he attorneys representing the Grant County PUD have been disqualified in a lawsuit brought by Crescent Bar Island residents.
Jeffers Danielson Sonn and Aylward Law Firm, of Wenatchee, began representing the utility when the lawsuit began at the start of the year.
A federal judge agreed with the residents finding the attorneys had a conflict of interest.
Senior United States District Judge Justin L. Quackenbush, for the Eastern District of the State of Washington, signed the "order granting motion to disqualify defense counsel for Grant County PUD" on Wednesday.
"The law firm of Jeffers Danielson shall be disqualified from participation in defense of the claims of the (Crescent Bar Condominium Master Association) or (other island residents) aligned therewith," Quackenbush wrote in his order.
Quackenbush ordered Jeffers Danielson to "diligently assist" the PUD in finding new counsel. He allowed until Dec. 15 to complete a substitution of counsel.
Dale Foreman, attorney for the Crescent Bar Condominium Master Association, submitted the motion for disqualification on July 12. Quackenbush held a telephone hearing on the matter on Sept. 9. He directed the attorneys involved to file supplemental briefs arguing the motion.
Foreman became counsel for the Crescent Bar Condominium Master Association and discovered the group's representative Heather Trautmann initiated a series of contacts about representation with attorney Patrick Aylward, of Jeffers Danielson, on July 28, 2008. It was the basis for Foreman's claim of conflict of interest.
Foreman discovered Trautmann spoke with Aylward on the phone discussing "the scope of work" and "any potential conflicts" on July 31, 2008.
A conflict arose when Aylward told Trautmann that one of his partners had performed legal work for the PUD.
In his argument, Foreman wrote Trautmann documented her conversation with Aylward in an email to Crescent Bar Lease Committee members on Aug. 5, 2008. She wrote how they "spoke this morning at length about the issues we are facing."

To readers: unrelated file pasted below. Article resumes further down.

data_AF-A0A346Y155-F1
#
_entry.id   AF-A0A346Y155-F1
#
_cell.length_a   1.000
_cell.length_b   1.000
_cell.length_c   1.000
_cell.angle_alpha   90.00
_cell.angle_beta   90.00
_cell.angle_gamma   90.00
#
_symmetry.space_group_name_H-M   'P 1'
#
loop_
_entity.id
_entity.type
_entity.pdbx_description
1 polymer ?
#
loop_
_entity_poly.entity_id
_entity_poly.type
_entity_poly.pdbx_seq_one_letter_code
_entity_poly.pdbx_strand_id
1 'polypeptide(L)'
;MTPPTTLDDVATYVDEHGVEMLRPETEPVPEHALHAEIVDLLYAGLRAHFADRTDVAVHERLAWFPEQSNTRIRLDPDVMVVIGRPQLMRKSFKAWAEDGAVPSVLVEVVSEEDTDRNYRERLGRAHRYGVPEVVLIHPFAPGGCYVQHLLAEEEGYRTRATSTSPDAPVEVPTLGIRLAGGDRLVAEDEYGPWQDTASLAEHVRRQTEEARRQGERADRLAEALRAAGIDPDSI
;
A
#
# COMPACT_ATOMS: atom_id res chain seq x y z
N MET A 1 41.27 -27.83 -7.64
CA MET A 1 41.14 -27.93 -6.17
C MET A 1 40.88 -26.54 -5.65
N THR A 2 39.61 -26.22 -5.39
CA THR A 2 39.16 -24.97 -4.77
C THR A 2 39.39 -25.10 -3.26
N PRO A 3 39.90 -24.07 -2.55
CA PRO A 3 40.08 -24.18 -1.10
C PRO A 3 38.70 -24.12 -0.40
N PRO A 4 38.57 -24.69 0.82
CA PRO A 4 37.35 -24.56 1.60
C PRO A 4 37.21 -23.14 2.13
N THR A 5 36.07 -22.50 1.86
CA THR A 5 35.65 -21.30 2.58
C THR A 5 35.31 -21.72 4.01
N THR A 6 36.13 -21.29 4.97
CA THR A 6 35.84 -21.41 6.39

Trautmann detailed her conversations with Aylward in emails. In one dated Aug. 10, 2008, she noted Aylward suggested the condo residents should separate themselves from the north park and south park residents.
On Aug. 19, 2008, Foreman noted the Crescent Bar Condominium Master Association board voted to hire Aylward, but it fell through when Aylward failed to get a waiver of conflict of interest from PUD general counsel Ray Foianini.
On Oct. 7, 2008, Trautmann wrote in another email saying he had come to the conclusion she would probably be "better served" with other counsel. Aylward lamented the decision and offered to help find new counsel.
"This will confirm you will not see me on the other side of the table. Now that we have spoken multiple times about the issue, we would be conflicted out of representing the PUD in this matter," Aylward wrote.
Aylward later wrote to Trautmann telling her the PUD hired one of his partners, Don Dimmit, and an associate, Michelle Green, in February of 2010 to work on Crescent Bar issues, according to Foreman.
Foreman argued that all Jeffers Danielson attorneys should be disqualified because they were "tainted" through their association with Aylward. Quackenbush agreed.
"The contacts Mr. Aylward had over the course of three months with Ms. Trautmann on behalf of the (Crescent Bar Condominium Master Association) on matters related to Crescent Bar Island and the promise Mr. Aylward gave the (Crescent Bar Condominium Master Association) they would not be found on 'other side of the table' require disqualification," Quackenbush wrote.
The Crescent Bar islanders' suit against the PUD was filed on Jan. 19, 2011. Their leases expire in the spring of 2012, and the PUD board of commissioners want the residents to leave.
The residents are asking for an injunction against any eviction action by the PUD.
Quackenbush reportedly said he believes more time, possibly until 2023, would be appropriate for resolution of this matter.
The next step in this proceeding is determining the PUD's new attorneys.
In another matter relevant to Crescent Bar residents, the Federal Energy Regulatory Commission (FERC) is backing away from an order to remove homes on properties within its Lake of the Ozarks project in Missouri.
In reaction to the FERC order, the Missouri congressional delegation introduced legislation in Congress and the Senate to curb the FERC's authority.
FERC officials are saying their July 26 order was misinterpreted. They are saying property rights were never in jeopardy.
"Property rights owners have in lands within the boundaries, whether conferred by deed, lease, easement or other conveyance, have not been and will not be altered by FERC's actions," the FERC wrote.
By Ted Escobar, Crescent Bar Chronicle
Source: Columbia Basin Herald